W&J, like many private institutions of higher learning, measures its offerings in course units; however, it often needs to translate those course units into credit hours for purposes of funding from the federal government (student aid, for example) or for reaccreditation.
A credit (or semester) hour has generally been defined as a weekly minimum of 50 minutes of contact time plus 100 minutes of independent work over a semester (definitions vary, with federal guidelines looser than those from the Pennsylvania Department of Education or from our accreditation body). Most W&J courses convert to 4 credits.
Figuring out contact time and reporting this information was easy when all W&J courses met entirely in person. We used the following cut-and-dried way of calculating four credits for a typical one-semester lecture/discussion course:
This system may continue to work for many courses in Fall 2020; however, JayFlex courses and remote courses not scheduled in WebAdvisor for at least 200 minutes of contact time a week for each student may need another method to demonstrate credit-hour compliance.
Dr. Betsy Barr, Mr. Allen Brown, and Dr. Justin Esarey of Wake Forest University have devised a very good online tool, the Workload Estimator 2.0, for determining average time on task over the course of a semester in different modalities. It allows you to add up both contact time and independent time, both in-person and online activities.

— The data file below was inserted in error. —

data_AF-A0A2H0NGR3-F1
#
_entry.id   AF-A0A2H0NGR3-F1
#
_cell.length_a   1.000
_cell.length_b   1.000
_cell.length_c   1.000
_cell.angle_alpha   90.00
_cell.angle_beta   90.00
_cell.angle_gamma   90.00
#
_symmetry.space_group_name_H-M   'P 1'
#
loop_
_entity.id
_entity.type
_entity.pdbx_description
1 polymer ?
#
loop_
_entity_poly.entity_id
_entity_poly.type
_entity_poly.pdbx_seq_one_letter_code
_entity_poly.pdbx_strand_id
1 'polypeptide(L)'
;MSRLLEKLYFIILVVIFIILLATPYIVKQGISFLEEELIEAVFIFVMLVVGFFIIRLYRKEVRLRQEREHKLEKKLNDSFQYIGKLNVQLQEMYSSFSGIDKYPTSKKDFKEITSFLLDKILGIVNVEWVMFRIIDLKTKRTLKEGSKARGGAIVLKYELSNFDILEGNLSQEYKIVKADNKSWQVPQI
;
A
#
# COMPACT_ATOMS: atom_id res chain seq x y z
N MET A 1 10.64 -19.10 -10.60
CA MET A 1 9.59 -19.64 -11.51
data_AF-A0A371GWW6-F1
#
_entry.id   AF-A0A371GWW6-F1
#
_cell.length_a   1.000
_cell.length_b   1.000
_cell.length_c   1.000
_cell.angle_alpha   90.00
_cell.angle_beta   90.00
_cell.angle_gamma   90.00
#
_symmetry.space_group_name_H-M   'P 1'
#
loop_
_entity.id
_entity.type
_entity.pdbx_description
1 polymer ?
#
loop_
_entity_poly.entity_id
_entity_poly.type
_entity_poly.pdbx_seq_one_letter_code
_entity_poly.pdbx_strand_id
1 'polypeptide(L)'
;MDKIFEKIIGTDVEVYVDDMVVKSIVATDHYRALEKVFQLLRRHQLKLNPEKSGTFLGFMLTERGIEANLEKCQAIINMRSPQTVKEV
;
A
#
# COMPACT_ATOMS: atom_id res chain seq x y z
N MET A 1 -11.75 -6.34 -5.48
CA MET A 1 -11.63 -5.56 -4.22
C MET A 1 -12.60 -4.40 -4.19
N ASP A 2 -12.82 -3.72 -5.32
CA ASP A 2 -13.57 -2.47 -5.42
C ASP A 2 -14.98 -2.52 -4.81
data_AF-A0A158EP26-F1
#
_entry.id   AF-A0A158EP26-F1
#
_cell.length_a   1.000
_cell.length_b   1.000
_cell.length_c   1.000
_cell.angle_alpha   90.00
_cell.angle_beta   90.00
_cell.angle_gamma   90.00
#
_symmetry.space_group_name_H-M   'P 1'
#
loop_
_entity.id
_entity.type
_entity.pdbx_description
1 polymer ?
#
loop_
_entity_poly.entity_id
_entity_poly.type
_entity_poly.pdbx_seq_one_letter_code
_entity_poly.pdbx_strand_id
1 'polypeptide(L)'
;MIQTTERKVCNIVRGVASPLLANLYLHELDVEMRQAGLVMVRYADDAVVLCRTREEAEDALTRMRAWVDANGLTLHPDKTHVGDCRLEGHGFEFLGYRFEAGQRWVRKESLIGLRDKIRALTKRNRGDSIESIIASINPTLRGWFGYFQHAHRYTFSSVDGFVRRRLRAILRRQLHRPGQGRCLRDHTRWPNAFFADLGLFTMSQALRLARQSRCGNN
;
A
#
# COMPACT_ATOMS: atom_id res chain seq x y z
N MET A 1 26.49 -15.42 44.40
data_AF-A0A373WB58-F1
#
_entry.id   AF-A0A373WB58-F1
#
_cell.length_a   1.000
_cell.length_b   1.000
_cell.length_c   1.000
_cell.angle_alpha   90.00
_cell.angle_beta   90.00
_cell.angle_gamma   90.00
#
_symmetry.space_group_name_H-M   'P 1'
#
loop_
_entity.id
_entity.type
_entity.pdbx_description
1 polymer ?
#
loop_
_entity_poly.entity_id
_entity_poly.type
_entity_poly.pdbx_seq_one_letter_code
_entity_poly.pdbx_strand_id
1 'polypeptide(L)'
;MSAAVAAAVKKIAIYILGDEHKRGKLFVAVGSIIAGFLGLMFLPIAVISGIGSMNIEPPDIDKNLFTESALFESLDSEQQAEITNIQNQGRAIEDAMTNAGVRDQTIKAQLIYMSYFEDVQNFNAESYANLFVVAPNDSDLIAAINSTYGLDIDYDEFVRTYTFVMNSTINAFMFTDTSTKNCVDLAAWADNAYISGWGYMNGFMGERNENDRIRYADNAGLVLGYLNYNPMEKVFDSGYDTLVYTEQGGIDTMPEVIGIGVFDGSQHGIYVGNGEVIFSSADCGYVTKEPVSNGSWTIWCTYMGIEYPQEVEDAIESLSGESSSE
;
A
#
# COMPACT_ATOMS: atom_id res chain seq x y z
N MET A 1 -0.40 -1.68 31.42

How to use
The tool serves as a good reminder of how long it probably will take a typical student to complete various kinds of assignments, but you can manually adjust the estimates. In "Resources," you will find links to alternate ways of estimating time for various activities if you prefer.
Admittedly, some students will take longer, some will take less time; an instructor, an A student, and a D student may have a different notions of how much time should be spent on studying for a midterm or a final exam, but one needs some kind of number--this calculator will do well enough to work out what a course entails.
Just remember that it is easy to underestimate time for online asynchronous activities like writing on discussion boards and independent activities like reading/studying course materials and writing various kinds of papers.
Putting a short statement on your syllabus laying out how your course meets the credit requirement would be laudable. See the Brown University sample statements in "Resources."
Think of "contact" time as time in which the student is directly engaged with others--the professor, other students. That time can be synchronous or asynchronous.
Online, synchronous (video conference)